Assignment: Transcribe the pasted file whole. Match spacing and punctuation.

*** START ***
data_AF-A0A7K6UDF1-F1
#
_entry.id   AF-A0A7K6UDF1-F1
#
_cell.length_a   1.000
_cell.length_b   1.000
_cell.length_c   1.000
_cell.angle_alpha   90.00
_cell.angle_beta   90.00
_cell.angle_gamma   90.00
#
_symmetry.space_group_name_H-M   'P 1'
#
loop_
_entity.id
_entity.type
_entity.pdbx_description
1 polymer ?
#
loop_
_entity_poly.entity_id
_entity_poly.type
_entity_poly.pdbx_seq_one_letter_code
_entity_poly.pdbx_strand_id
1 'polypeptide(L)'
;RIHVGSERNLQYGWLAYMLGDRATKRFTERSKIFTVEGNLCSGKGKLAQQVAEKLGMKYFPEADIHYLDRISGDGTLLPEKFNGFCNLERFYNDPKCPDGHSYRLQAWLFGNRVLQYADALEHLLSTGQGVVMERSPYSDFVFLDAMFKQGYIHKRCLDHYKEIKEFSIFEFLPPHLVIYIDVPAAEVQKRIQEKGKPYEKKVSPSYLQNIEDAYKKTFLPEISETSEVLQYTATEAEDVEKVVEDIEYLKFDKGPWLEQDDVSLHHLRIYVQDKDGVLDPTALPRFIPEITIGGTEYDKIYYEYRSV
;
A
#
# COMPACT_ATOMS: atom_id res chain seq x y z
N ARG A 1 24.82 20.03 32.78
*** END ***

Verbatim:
data_AF-A0A7K6UDF1-F1
#
_entry.id   AF-A0A7K6UDF1-F1
#
_cell.length_a   1.000
_cell.length_b   1.000
_cell.length_c   1.000
_cell.angle_alpha   90.00
_cell.angle_beta   90.00
_cell.angle_gamma   90.00
#
_symmetry.space_group_name_H-M   'P 1'
#
loop_
_entity.id
_entity.type
_entity.pdbx_description
1 polymer ?
#
loop_
_entity_poly.entity_id
_entity_poly.type
_entity_poly.pdbx_seq_one_letter_code
_entity_poly.pdbx_strand_id
1 'polypeptide(L)'
;RIHVGSERNLQYGWLAYMLGDRATKRFTERSKIFTVEGNLCSGKGKLAQQVAEKLGMKYFPEADIHYLDRISGDGTLLPEKFNGFCNLERFYNDPKCPDGHSYRLQAWLFGNRVLQYADALEHLLSTGQGVVMERSPYSDFVFLDAMFKQGYIHKRCLDHYKEIKEFSIFEFLPPHLVIYIDVPAAEVQKRIQEKGKPYEKKVSPSYLQNIEDAYKKTFLPEISETSEVLQYTATEAEDVEKVVEDIEYLKFDKGPWLEQDDVSLHHLRIYVQDKDGVLDPTALPRFIPEITIGGTEYDKIYYEYRSV
;
A
#
# COMPACT_ATOMS: atom_id res chain seq x y z
N ARG A 1 24.82 20.03 32.78